DINING OUT: Bronx Pizza, Cooks Hill

COOL SCHOOL: Bronx Pizza is the latest addition to Darby St, Cooks Hill, offering pizza and pasta. Pictures: Jonathan Carroll
COOL SCHOOL: Bronx Pizza is the latest addition to Darby St, Cooks Hill, offering pizza and pasta. Pictures: Jonathan Carroll

Walking into Newcastle’s latest ‘dive bar’ I was disappointed not to be immediately blasted by the dulcet screams and dirty riffs of The Bronx, a hardcore punk band that actually hail from LA. Instead, the chilled-out loop from Ice Cube’s It Was A Good Day smoothed things over with that cool West Coast sound satisfyingly combining with the salivating smell of freshly baked pizza dough loaded up with cheese, cheese, and more cheese.

IN THE ROUND: The Beef Eater and the Rise of the Phoenix.

IN THE ROUND: The Beef Eater and the Rise of the Phoenix.

Located where the Bowery Boys used to be (apparently they’ve left us for Sydney), this space has morphed into Bronx Pizza, planned to look unintentionally like a New York pizza joint. High tables set with chequered table cloths and cream coloured floating bench seats jut out from pine partitions and black chain link enclosures. The roof remains exposed, its concrete and silver air duct tunnels are darkly lit and decorated with Edison light globes and a few hanging ferns. Posters featuring transcendent baby boomer rock icons compete for space along one side of the restaurant. There’s a bright orange neon sign saying ‘Welcome To The Bronx’ above the bar, and even an arcade game flashing in the corner.

HOT STUFF: Waiter Jack Hollingworth with a couple of the pizzas.

HOT STUFF: Waiter Jack Hollingworth with a couple of the pizzas.

Having been able to adeptly apply his acute awareness for flavour and texture whilst manning the pans for the Bowery Boys, I was keen to see how chef Steven Zielke would handle the transition to the humble pizza.

The menu seems simple at first glance, but, on closer inspection, there’s actually quite a lot going on: antipasto featuring warm marinated olives, bruschetta, and charcuterie. A few green salads, with an option to add roast chicken or prosciutto. Pasta, including wagyu spaghetti meatballs, and a Bowery Boys throwback; the ricotta gnocchi. And, of course, pizza topped with fine ingredients, and the obligatory pun or two; the Speckenwolf, Porkalicious, and Carbs on Carbs are firm favourites. As this our first time, we decide to put the Bronx boys on the spot to see just how good their pizzas really are. Our acid test selection includes the Peppertony pizza with San Marzano tomato, spicy salami, and mozzarella; the rigatoni boscaiola; and a serve of marinated olives to start.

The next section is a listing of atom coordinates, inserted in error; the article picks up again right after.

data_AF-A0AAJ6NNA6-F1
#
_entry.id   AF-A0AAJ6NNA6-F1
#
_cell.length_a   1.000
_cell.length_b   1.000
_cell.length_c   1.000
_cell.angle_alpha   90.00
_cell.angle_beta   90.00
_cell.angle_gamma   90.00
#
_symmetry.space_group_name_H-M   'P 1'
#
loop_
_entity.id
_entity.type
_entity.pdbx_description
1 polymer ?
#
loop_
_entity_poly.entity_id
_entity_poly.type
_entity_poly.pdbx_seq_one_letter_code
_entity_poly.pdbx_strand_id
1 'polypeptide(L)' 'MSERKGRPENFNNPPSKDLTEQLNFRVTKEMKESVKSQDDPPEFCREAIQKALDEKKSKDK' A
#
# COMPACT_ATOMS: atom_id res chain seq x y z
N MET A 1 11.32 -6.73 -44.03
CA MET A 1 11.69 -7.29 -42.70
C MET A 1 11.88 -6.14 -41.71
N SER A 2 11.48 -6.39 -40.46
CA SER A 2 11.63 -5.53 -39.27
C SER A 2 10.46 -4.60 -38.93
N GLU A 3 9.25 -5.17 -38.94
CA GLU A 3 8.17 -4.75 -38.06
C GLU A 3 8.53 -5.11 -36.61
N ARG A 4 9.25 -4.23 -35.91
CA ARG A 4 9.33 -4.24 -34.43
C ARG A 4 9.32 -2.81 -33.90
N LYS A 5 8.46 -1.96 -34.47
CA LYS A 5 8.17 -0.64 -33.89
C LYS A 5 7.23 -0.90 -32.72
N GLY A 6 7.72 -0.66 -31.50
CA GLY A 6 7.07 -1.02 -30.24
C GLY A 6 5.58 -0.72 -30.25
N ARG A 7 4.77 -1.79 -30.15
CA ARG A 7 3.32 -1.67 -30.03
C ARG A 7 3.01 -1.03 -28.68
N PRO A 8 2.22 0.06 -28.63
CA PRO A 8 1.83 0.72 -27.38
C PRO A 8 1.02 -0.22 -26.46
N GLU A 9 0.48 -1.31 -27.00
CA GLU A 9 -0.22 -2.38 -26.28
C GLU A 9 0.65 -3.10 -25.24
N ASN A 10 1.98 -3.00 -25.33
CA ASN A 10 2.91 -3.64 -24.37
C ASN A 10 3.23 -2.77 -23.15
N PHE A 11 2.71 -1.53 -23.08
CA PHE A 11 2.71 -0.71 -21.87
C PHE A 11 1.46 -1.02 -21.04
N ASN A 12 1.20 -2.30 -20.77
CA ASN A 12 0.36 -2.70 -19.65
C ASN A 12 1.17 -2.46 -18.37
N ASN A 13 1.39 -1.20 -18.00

Bronx Pizza has a decent drinks list, especially their range of canned and bottled beers. It includes a few who’s who of the craft beer tinny trendsetters; Brooklyn Lager, Mornington Pale, and Pirate Life. A ‘revolving list’ of ‘Heritage’ beers features more established brews from Coopers, XXXX, and Melbourne Bitter, as well as American suds, Coors, in keeping with the ‘dive bar’ theme.

There’s not long to wait until our keen waiter, having negotiated his way through a sea of starving Novocastrians, arrives back at our table with a small dish of about a thousand warm olives, before returning again with a plate of pasta in one hand and a tray of piping hot pizza in the other.

Boscaiola in Italian means ‘of the forest’. A chunky sauce loaded with earthy mushrooms, onion, bacon, and a faint trace of musty sweet truffle clings onto the ridged lines of the rigatoni, which is firm to the bite and dusted with melting flakes of parmigiana-reggiano. It’s perfect for repelling the bitter winter evening outside. The Peppertony pizza has a scorching hot base that’s crispy and beginning to blister and bubble around the edges, with generous discs of salami covered in stretchy, gooey cheese, spread out across the middle. Leonardo, Donatello, Michelangelo and Raphael would be just as pleased as me. Nice work chef.

Surely Bronx Pizza is being deliberately cheesy, as it taxes as much ‘90s Americana nostalgia, either real, imagined, as it can. From the music, to the design, to the menu, and the crowd it attracts, this place packages it all up into a consciously cool hangout that is, paradoxically, of the times.